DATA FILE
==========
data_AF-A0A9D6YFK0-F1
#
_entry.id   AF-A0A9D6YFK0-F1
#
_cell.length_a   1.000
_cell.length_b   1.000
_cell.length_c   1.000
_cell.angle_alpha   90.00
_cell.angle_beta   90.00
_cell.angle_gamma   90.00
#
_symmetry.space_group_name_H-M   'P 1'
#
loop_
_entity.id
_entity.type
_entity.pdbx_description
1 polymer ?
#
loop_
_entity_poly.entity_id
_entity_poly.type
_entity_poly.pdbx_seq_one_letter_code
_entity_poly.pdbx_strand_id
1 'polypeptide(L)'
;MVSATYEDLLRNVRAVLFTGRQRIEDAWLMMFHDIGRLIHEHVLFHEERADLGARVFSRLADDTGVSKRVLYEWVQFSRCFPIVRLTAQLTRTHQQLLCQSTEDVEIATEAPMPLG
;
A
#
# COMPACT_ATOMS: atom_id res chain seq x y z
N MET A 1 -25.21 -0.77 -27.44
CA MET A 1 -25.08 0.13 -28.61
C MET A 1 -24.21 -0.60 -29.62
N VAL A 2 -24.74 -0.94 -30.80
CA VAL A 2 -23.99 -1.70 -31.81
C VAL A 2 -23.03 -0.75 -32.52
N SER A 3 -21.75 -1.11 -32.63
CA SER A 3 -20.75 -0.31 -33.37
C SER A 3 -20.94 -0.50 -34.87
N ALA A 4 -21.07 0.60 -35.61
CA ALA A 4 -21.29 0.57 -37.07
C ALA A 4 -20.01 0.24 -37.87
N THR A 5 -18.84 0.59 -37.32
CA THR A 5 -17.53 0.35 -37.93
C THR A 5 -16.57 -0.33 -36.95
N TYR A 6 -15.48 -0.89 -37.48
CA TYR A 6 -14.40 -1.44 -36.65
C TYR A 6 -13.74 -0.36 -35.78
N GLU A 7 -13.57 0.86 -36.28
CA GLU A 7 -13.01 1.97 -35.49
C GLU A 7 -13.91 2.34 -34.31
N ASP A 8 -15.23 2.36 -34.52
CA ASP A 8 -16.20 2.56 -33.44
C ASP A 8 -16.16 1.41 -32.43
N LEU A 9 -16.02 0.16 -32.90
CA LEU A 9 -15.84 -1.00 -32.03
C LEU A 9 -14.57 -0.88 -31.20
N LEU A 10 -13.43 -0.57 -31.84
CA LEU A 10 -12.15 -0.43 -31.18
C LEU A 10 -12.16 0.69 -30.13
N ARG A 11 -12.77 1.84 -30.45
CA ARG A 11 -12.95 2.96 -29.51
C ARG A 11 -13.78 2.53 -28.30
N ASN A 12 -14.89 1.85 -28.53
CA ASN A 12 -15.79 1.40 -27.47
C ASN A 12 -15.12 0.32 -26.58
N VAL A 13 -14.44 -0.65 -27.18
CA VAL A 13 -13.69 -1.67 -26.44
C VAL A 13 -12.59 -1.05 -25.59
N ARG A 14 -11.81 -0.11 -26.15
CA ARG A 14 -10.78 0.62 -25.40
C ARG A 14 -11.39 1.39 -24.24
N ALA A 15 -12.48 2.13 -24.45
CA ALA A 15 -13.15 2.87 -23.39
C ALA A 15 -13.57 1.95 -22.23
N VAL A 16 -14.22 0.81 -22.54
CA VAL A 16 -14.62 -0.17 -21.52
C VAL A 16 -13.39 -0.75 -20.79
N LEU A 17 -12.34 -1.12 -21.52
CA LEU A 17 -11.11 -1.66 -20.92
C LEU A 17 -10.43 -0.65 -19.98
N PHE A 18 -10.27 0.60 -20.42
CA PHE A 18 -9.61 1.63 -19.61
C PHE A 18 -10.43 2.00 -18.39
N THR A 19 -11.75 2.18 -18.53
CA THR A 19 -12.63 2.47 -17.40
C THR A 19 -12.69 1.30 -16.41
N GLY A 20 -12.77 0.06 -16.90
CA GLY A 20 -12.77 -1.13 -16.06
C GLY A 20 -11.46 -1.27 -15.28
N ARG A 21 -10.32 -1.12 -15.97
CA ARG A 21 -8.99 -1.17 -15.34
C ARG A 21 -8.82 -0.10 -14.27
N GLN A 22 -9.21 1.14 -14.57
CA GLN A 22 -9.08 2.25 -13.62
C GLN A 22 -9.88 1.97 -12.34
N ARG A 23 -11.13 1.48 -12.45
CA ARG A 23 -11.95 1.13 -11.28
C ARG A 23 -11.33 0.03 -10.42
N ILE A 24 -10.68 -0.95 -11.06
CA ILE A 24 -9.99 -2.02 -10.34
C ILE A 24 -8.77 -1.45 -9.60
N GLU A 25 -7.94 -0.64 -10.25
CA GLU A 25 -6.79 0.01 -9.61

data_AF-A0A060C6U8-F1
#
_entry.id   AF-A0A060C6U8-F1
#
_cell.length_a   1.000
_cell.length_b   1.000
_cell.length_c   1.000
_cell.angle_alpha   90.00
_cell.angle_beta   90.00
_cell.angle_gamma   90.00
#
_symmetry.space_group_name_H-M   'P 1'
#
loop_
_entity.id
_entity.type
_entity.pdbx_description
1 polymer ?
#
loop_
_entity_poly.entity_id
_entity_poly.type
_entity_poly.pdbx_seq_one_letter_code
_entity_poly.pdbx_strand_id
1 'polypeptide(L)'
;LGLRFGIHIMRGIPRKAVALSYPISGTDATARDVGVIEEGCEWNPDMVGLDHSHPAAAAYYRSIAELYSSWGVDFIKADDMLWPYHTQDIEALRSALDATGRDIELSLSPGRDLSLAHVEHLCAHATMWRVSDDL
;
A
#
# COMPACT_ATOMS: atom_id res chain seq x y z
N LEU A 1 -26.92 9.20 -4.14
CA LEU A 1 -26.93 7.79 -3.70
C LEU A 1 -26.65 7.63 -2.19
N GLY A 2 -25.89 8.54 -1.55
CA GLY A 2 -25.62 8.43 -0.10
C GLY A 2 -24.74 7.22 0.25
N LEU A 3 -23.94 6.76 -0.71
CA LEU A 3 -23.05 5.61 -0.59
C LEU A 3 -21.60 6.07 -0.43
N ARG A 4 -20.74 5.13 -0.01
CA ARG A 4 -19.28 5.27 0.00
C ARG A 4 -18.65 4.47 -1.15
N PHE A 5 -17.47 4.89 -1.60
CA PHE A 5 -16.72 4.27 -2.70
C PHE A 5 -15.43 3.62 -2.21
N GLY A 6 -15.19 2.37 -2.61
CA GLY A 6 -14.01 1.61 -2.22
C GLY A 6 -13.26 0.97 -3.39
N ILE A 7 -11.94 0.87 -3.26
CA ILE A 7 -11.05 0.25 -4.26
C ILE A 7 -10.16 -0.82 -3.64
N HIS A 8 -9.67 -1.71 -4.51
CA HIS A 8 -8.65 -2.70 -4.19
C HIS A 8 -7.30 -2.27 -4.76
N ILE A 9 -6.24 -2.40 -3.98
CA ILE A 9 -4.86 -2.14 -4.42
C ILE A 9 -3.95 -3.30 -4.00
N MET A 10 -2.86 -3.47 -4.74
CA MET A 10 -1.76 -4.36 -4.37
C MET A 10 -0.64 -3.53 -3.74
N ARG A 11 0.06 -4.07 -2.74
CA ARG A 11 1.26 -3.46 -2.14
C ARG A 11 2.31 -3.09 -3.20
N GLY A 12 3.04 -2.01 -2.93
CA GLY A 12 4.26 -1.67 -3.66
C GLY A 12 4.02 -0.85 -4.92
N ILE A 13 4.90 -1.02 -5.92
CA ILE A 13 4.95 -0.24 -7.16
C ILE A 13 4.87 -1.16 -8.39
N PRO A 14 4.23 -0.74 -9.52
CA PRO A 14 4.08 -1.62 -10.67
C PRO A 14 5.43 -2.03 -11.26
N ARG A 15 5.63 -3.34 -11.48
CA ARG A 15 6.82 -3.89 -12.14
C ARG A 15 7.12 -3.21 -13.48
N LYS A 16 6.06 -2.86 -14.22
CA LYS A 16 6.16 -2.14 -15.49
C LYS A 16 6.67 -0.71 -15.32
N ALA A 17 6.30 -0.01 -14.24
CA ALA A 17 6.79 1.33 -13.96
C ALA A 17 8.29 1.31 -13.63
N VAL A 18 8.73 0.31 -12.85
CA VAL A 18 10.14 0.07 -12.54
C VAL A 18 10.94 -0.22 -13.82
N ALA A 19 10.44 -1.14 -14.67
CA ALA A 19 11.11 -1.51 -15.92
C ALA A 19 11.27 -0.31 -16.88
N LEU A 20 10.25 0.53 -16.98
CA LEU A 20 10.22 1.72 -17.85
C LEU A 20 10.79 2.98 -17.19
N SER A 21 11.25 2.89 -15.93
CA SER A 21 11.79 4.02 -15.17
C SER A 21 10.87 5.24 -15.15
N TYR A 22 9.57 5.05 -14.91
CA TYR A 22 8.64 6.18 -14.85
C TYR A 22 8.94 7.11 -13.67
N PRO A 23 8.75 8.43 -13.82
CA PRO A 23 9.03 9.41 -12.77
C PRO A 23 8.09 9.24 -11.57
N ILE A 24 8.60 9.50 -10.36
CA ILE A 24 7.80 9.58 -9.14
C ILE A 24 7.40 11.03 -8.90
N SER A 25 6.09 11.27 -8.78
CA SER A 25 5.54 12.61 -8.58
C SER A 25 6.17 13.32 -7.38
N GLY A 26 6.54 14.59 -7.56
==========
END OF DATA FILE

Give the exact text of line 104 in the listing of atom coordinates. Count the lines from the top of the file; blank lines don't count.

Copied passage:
CA GLU A 25 -6.79 0.01 -9.61